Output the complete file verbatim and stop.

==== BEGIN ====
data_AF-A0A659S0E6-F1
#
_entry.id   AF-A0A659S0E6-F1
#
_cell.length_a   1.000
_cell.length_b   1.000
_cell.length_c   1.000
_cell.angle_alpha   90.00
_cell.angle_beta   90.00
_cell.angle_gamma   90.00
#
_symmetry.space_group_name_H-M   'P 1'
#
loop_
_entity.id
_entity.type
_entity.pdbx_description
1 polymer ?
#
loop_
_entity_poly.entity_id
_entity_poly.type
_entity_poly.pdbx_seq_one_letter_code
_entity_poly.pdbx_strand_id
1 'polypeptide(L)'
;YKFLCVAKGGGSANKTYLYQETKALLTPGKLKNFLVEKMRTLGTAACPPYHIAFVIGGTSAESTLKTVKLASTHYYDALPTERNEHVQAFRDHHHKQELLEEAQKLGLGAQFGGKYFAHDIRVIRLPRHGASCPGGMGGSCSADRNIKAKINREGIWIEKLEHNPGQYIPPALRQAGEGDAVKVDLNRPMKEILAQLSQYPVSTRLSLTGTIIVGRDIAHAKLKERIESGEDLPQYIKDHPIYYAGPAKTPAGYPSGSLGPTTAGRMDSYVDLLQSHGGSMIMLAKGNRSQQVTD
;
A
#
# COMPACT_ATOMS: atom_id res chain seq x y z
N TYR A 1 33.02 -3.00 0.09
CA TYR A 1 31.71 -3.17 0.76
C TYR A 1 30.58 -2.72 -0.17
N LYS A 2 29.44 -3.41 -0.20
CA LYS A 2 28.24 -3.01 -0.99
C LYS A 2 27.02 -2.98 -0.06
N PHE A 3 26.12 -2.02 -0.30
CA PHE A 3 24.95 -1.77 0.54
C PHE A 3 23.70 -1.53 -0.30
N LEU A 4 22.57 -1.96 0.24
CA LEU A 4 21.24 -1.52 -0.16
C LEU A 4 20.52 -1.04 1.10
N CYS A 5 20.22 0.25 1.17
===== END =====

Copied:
data_AF-A0A659S0E6-F1
#
_entry.id   AF-A0A659S0E6-F1
#
_cell.length_a   1.000
_cell.length_b   1.000
_cell.length_c   1.000
_cell.angle_alpha   90.00
_cell.angle_beta   90.00
_cell.angle_gamma   90.00
#
_symmetry.space_group_name_H-M   'P 1'
#
loop_
_entity.id
_entity.type
_entity.pdbx_description
1 polymer ?
#
loop_
_entity_poly.entity_id
_entity_poly.type
_entity_poly.pdbx_seq_one_letter_code
_entity_poly.pdbx_strand_id
1 'polypeptide(L)'
;YKFLCVAKGGGSANKTYLYQETKALLTPGKLKNFLVEKMRTLGTAACPPYHIAFVIGGTSAESTLKTVKLASTHYYDALPTERNEHVQAFRDHHHKQELLEEAQKLGLGAQFGGKYFAHDIRVIRLPRHGASCPGGMGGSCSADRNIKAKINREGIWIEKLEHNPGQYIPPALRQAGEGDAVKVDLNRPMKEILAQLSQYPVSTRLSLTGTIIVGRDIAHAKLKERIESGEDLPQYIKDHPIYYAGPAKTPAGYPSGSLGPTTAGRMDSYVDLLQSHGGSMIMLAKGNRSQQVTD
;
A
#
# COMPACT_ATOMS: atom_id res chain seq x y z
N TYR A 1 33.02 -3.00 0.09
CA TYR A 1 31.71 -3.17 0.76
C TYR A 1 30.58 -2.72 -0.17
N LYS A 2 29.44 -3.41 -0.20
CA LYS A 2 28.24 -3.01 -0.99
C LYS A 2 27.02 -2.98 -0.06
N PHE A 3 26.12 -2.02 -0.30
CA PHE A 3 24.95 -1.77 0.54
C PHE A 3 23.70 -1.53 -0.30
N LEU A 4 22.57 -1.96 0.24
CA LEU A 4 21.24 -1.52 -0.16
C LEU A 4 20.52 -1.04 1.10
N CYS A 5 20.22 0.25 1.17